At fourteen, he began surfing at Tofo beach, which is one of the last stops on the Southern African continental backpacker trail. "I remember a tourist first loaned me and my brothers a 5'8 neon yellow board," says Cho. "I immediately became addicted."
Mozambique's long coastline leads to the Indian Ocean, which has year-round warm water and receives hefty swells towards the south, attracting an increasing amount of surf tourism due to some world-class right-hander barrels. It's also known for its world-class diving with a diverse marine ecosystem, including manta rays and whale sharks.
"My passion for surfing is very driven by the next generation," says Cho, who is also the Director of the Mozambican division of the Surfers Not Street Children charity, providing surf therapy and mentorship to vulnerable children. Known locally as Tofo Surf Club, the diversion program aims to help at-risk youths learn how to surf, and receive the support they need to stay in school rather than fall into the negative side of tourism, including joining gangs and the use and trafficking of illegal drugs.
Mini Cho wants to build a surfing team that represents Mozambique at the Olympics.Photo: Mini Cho
"I'm most proud of the kids' progression, not only in surfing but also in their lives. Now they have clarity on what they want to do. Now we have a lot of kids who stay in school for longer, who are getting good at surfing and are getting jobs in diving and lifeguarding. There are fewer kids on the streets being dragged into crime. There are more kids with vision, goals and discipline who want to live a healthy life."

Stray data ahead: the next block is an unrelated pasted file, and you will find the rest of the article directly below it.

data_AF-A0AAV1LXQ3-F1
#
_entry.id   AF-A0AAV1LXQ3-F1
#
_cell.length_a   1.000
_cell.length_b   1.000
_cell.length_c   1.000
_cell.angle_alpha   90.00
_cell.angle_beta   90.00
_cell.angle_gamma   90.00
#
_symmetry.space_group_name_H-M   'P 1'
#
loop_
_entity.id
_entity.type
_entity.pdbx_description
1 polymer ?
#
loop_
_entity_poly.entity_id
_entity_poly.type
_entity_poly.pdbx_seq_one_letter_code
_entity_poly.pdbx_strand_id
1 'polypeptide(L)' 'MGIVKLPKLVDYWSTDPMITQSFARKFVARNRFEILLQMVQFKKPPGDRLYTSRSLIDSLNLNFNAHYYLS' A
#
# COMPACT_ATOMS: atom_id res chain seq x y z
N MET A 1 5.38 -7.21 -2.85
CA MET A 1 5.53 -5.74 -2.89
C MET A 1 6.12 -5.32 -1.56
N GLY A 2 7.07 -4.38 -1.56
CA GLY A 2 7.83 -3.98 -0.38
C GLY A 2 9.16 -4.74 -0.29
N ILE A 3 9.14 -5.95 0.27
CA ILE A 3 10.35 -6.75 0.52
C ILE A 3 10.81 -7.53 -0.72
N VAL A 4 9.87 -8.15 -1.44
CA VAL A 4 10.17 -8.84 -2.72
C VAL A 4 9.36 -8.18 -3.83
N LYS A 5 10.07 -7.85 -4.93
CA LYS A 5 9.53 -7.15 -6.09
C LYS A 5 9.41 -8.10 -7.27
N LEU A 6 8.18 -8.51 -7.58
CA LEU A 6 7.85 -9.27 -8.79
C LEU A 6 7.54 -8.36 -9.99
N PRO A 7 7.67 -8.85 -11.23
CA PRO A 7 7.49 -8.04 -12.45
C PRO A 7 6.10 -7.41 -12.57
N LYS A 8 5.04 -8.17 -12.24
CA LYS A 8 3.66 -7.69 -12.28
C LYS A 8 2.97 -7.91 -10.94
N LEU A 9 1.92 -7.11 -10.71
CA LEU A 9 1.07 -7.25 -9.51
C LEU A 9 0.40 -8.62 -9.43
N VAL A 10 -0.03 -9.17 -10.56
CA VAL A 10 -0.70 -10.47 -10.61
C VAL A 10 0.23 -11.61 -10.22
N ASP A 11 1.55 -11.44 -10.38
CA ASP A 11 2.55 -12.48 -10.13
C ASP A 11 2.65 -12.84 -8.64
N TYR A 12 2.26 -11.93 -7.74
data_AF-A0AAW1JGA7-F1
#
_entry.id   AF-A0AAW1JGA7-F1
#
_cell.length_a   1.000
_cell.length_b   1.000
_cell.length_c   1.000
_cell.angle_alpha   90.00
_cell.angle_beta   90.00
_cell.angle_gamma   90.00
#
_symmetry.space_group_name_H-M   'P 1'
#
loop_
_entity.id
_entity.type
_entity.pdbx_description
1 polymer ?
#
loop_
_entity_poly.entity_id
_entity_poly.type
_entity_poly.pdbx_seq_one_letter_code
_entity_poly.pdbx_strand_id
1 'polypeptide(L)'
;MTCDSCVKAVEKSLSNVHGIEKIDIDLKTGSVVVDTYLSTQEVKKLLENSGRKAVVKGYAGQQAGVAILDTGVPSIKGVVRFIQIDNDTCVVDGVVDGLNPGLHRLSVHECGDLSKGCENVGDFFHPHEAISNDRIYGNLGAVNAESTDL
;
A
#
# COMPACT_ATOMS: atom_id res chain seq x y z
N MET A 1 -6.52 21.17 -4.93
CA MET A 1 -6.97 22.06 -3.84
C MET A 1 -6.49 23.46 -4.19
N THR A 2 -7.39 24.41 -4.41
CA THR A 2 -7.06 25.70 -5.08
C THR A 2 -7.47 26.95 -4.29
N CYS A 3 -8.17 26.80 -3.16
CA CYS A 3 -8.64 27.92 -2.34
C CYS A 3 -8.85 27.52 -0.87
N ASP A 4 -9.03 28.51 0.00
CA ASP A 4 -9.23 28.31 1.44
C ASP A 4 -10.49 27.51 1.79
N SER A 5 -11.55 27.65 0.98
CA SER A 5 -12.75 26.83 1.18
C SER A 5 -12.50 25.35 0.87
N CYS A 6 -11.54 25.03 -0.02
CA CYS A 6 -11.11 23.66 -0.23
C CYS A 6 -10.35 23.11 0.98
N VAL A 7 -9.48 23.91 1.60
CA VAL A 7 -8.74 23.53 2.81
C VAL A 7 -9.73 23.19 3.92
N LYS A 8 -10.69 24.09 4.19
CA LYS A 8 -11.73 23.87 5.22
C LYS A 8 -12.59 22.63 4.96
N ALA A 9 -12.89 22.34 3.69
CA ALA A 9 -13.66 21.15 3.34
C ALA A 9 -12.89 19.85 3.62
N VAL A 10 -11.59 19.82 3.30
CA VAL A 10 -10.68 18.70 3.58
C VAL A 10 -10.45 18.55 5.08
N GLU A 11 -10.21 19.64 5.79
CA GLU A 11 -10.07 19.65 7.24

Cho recently visited Surfers Not Street Children founder, Tom Hewitt at his home in North Devon on business and to test his surfing prowess in cold water. "I thought wearing neoprene would be restricting in the water, but I made it work," says Cho. The extra layer hadn't affected the fluidity of his surfing, as he had just beaten all of the local contestants in the Croyde Surf Club open competition the day prior.
When asked about his goal for the future, Cho has his aim set sky-high. "Surfing culture isn't big in Mozambique yet. So my next goal is to set up a national surfing federation, and build an Olympic team."
Surf therapy programs like Surfers Not Street Children have helped remove the financial and skill-sharing barriers that once prevented local communities from paddling up to the lineup, through surfboard donations and access to free coaching and mentorship. And with the recent introduction of Surfing to the Olympics, the ease of access to social media to showcase success stories of African surfing pioneers like Cho, the young groms of African surf towns like Tofo have plenty of inspiration to encourage the next generation to start competitive surfing.
"There are a lot of good surfers coming out of the program," says Cho. "We will be ready."